Jump to ContentJump to Main Navigation
Coming to MindThe Soul and Its Body$
Users without a subscription are not able to see the full content.

Lenn E. Goodman and D. Gregory Caramenico

Print publication date: 2013

Print ISBN-13: 9780226061061

Published to Chicago Scholarship Online: January 2014

DOI: 10.7208/chicago/9780226061238.001.0001

Show Summary Details
Page of

PRINTED FROM CHICAGO SCHOLARSHIP ONLINE (www.chicago.universitypressscholarship.com). (c) Copyright University of Chicago Press, 2020. All Rights Reserved. An individual user may print out a PDF of a single chapter of a monograph in CHSO for personal use.date: 05 April 2020

Creativity

Creativity

Chapter:
(p.211) Six Creativity
Source:
Coming to Mind
Author(s):

Lenn E. Goodman

D. Gregory Caramenico

Publisher:
University of Chicago Press
DOI:10.7208/chicago/9780226061238.003.0006

It’s easy to dismiss creativity as an outcome of chance, or to off-load it by crediting external sources – inspiration or imitation. But creativity, understood as fruitful originality, not mere novelty, is omnipresent in human experience, from the brilliant artistic works, inventions and discoveries that change the course of one life or many to the everyday efforts of problem solving seen in verbal or mechanical wit – or social tact. Creativity, then, is not well explained by the mystique of genius, whether painted in awestruck or more lurid tones. Creative efforts are typically synthetic, finding relevance in seemingly unrelated spheres. Hence the role of chance and play. But, as Pasteur said, “Chance favors only the prepared mind.” Efforts like brainstorming, aiming to socialize creativity seem to slight its inboard side. Creative work does have a social dimension. It builds on past foundations, and it can be interactive. But creativity is not a social game. Its fruits belong to thought, whether minds work in tandem or apart. The reality of creativity, like that of consciousness or agency, bespeaks the reality of subjects who learn from their surroundings, natural and social, but are not mere froth on the waves of their milieu.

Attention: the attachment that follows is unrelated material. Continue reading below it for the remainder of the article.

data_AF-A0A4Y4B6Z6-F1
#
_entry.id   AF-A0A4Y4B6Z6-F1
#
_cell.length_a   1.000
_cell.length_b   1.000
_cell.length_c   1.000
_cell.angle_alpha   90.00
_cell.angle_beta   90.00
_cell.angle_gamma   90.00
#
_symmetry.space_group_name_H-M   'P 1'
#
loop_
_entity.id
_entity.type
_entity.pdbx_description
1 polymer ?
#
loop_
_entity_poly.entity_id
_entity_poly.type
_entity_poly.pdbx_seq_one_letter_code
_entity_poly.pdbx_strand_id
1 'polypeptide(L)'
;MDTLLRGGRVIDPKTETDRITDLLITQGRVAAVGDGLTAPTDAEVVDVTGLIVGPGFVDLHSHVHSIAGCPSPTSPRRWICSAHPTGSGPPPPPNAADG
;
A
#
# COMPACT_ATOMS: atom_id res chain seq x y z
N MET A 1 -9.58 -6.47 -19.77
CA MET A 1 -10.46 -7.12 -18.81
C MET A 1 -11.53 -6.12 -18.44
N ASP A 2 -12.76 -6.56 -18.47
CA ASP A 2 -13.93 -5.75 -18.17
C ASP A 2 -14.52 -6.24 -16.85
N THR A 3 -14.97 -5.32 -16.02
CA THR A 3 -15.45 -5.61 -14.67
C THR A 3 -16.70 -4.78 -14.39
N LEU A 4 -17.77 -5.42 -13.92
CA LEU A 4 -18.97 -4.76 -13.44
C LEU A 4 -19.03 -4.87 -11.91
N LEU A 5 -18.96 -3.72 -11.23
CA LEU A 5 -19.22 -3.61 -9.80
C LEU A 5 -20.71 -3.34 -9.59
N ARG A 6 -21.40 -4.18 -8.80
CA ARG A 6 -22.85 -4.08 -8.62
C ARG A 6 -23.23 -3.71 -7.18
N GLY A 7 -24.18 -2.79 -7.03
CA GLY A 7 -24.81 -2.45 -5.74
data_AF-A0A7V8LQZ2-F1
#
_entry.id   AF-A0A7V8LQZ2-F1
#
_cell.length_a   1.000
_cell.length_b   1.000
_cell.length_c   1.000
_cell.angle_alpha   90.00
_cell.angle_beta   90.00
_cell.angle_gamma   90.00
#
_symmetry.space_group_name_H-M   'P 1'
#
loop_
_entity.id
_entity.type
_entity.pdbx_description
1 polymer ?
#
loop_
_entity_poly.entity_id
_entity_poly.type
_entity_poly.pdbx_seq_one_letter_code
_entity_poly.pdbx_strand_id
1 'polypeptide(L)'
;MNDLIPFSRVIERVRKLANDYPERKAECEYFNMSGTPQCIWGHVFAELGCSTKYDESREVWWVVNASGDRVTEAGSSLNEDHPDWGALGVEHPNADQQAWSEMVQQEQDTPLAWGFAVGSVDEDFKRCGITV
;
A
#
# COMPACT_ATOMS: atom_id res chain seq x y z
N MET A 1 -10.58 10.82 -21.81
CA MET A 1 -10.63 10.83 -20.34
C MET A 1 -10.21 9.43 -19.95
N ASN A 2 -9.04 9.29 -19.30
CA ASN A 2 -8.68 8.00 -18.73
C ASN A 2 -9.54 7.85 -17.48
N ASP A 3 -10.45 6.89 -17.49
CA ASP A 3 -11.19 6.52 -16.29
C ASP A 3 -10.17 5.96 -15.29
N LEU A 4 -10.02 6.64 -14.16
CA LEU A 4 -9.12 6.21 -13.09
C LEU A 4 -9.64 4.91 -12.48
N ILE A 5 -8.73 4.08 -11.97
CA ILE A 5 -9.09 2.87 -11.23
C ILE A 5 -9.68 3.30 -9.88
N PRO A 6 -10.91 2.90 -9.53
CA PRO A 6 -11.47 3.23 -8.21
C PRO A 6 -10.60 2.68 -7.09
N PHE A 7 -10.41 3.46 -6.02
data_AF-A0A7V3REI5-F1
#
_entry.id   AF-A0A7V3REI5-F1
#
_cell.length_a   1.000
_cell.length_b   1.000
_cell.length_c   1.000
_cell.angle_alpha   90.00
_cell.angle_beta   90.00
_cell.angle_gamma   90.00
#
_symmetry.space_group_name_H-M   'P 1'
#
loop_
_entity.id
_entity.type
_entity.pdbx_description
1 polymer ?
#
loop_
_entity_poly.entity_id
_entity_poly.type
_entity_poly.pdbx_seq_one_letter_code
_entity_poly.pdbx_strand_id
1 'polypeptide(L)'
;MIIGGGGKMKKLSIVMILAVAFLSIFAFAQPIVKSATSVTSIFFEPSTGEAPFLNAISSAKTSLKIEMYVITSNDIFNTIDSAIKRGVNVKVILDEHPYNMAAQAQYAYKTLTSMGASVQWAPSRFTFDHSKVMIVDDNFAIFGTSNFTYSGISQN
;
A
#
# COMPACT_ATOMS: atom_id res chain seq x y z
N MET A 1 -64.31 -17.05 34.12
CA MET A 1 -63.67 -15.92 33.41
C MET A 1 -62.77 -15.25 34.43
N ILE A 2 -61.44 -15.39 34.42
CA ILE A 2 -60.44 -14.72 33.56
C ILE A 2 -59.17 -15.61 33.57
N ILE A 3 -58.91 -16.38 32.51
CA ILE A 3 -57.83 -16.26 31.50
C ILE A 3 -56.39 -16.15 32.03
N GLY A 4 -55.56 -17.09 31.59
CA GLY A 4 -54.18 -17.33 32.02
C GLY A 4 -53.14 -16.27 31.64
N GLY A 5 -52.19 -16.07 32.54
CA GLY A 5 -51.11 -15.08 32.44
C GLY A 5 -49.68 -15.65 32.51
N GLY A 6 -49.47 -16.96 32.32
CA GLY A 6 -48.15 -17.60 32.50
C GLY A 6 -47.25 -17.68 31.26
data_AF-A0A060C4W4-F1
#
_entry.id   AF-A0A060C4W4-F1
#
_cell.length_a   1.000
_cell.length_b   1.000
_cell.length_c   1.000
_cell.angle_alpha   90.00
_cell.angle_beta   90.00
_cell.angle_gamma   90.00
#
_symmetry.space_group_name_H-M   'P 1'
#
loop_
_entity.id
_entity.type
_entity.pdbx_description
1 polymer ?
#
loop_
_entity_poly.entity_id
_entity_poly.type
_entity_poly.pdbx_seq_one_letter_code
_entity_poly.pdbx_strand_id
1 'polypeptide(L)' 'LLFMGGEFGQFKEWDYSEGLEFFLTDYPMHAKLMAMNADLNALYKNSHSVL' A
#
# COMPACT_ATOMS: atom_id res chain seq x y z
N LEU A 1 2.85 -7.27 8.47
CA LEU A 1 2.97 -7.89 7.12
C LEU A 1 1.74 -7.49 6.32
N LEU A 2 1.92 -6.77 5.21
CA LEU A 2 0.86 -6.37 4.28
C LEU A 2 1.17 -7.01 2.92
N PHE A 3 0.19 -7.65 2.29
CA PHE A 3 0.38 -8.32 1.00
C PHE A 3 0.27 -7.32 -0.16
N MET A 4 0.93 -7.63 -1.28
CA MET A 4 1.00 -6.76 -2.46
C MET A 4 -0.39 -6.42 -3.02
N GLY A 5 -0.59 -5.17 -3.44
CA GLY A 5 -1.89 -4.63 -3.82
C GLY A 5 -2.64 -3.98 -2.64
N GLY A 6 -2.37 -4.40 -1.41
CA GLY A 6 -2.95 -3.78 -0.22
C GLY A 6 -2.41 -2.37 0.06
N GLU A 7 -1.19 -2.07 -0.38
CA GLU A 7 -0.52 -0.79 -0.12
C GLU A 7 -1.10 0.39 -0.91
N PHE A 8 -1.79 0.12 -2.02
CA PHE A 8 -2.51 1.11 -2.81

Keywords:   Invention, discovery, Inspiration, associative psychology, Max Wertheimer, Sharon Bailin, Robert Weisberg

Chicago Scholarship Online requires a subscription or purchase to access the full text of books within the service. Public users can however freely search the site and view the abstracts and keywords for each book and chapter.

Please, subscribe or login to access full text content.

If you think you should have access to this title, please contact your librarian.

To troubleshoot, please check our FAQs, and if you can't find the answer there, please contact us.